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Collaborative surfaces point of view: It seems that we are most likely to find solutions to the complex problems of the present and the future through new combinations of competencies, roles and knowledge. Promethean Education Strategy Group Collaboration & Personalisation

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Promethean Promethean Education Education Strategy Strategy Group Group

Case Study: POV on Collaborative Surfaces | v1 | 15.07.10

“Teamwork is the ability to work together toward a common vision - the ability to direct individual accomplishment toward organizational objectives. It is the fuel that allows common people to attain uncommon results.”

Andrew Carnegie, (1835-1919)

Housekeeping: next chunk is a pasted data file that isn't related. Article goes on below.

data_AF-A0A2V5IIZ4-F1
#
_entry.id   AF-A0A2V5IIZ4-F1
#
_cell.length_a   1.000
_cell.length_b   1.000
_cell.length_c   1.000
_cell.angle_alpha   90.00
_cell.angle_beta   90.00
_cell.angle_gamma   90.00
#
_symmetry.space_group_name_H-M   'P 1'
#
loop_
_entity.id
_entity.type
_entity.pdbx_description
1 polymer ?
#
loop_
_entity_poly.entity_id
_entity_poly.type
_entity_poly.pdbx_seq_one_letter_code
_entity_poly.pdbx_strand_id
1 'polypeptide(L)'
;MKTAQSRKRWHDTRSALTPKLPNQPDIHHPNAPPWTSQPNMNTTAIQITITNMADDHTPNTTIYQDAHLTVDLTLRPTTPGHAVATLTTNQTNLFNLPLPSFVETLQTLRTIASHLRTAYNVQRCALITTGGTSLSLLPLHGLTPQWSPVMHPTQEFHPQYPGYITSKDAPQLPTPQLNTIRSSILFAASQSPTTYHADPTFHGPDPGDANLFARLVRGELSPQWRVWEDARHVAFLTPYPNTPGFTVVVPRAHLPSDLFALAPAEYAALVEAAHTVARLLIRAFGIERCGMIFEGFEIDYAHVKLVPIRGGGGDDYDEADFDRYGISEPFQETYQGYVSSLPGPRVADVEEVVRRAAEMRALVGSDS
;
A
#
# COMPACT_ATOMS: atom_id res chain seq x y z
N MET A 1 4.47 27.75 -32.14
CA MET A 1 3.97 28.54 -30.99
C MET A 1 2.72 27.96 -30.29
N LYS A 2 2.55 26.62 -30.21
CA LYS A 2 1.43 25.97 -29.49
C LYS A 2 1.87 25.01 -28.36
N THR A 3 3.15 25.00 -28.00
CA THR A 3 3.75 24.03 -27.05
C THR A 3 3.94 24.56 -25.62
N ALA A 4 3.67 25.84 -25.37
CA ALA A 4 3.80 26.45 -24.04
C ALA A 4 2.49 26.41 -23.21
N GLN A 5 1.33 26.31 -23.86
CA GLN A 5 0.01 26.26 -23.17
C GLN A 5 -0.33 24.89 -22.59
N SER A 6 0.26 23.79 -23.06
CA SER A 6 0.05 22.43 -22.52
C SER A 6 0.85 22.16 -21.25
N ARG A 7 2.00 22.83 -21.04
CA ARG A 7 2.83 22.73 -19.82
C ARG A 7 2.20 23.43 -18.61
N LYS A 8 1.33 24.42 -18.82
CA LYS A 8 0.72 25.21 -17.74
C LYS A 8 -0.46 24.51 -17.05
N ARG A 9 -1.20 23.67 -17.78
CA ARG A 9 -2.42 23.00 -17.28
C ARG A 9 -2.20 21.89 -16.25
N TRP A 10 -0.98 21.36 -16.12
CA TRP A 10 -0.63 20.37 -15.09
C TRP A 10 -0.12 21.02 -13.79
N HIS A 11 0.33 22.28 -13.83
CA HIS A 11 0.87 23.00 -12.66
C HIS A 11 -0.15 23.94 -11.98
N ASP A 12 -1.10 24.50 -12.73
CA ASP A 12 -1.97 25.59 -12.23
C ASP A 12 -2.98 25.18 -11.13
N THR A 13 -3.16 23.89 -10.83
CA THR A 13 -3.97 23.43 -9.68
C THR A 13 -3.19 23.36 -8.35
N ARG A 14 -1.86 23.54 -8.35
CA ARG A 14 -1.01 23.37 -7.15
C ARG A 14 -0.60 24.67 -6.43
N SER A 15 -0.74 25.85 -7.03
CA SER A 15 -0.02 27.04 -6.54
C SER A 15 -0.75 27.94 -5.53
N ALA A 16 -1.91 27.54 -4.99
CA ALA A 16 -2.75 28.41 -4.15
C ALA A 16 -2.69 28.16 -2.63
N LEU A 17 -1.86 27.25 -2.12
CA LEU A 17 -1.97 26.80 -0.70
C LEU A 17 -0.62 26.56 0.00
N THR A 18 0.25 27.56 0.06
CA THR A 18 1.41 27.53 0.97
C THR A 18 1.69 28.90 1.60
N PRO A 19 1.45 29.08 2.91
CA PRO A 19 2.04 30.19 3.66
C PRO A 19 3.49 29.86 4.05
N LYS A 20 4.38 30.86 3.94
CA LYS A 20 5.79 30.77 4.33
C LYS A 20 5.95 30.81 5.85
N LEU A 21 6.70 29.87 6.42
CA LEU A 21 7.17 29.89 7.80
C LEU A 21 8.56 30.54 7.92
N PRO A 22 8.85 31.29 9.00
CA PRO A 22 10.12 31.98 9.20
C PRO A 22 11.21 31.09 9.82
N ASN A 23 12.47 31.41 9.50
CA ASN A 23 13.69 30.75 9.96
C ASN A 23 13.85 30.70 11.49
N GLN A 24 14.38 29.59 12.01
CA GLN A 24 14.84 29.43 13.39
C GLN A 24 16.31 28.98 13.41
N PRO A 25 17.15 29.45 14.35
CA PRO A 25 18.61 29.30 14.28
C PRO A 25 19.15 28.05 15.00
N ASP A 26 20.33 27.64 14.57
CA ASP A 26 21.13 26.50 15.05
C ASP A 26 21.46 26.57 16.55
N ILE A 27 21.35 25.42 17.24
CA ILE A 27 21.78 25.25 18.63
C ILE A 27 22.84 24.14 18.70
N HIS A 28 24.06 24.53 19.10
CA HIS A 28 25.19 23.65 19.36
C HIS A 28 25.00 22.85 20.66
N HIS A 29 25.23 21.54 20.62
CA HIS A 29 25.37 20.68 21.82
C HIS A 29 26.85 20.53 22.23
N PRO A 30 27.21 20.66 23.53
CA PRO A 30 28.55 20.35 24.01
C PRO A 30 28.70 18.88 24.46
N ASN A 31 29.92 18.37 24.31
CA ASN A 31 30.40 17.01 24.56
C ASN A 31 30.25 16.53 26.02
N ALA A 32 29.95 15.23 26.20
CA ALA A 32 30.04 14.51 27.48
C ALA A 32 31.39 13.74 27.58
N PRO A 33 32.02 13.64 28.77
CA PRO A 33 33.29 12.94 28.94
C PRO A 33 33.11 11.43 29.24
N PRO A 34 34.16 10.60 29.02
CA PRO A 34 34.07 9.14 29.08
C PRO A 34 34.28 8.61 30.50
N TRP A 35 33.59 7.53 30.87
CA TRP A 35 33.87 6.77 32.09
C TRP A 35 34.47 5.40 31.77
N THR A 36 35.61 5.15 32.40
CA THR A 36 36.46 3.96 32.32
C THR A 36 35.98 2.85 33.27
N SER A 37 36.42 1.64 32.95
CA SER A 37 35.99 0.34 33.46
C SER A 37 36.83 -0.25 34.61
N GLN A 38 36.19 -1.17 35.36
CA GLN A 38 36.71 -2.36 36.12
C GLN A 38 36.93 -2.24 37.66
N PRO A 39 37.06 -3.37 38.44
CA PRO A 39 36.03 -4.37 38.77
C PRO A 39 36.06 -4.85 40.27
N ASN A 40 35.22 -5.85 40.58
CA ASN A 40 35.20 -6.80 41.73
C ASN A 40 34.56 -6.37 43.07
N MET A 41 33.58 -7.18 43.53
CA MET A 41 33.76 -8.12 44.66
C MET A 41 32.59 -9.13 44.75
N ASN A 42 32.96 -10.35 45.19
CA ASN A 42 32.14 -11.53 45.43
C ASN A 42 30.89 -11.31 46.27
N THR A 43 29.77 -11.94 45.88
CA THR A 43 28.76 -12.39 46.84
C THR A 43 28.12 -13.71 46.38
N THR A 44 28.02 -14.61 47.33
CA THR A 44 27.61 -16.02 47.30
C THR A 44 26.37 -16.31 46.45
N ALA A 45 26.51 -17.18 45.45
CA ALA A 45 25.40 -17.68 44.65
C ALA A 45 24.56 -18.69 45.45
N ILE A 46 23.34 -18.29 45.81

The Potential for Surface Technologies While ideas of 21st Century global cooperation and the ‘wikinomics’ world of mass collaboration are core to much of our modern international economy, the foundations for effective functioning in such a world are laid in our early educational experiences. Personal and social development complements academic development in the design of every education system. Those skills and experiences that see young people learning to share, work together, help each other, show respect and deal with conflict are core educational objectives which realise the need for investments with a long term, social and economic return. New ways of working together: It seems that we are most likely to find solutions to the complex problems of the present and the future through new combinations of competencies, roles and knowledge. The competencies are required to make the most of the extraordinary increase in available data and information, and to optimise our increasingly connected lives. In the past few years our lives and our work ENVIRONMENTS have become more networked. With instant anytime, anywhere connections, we can cooperate around the world to tackle problems in ways that would have been beyond comprehension only a few decades ago. Highly developed, social and practical skills of coordination are now needed to maximise both networked and co-located team working. This need has been recognised in changes to the 21st Century curriculum and through a new focus on collaboration as a key part of a modern education.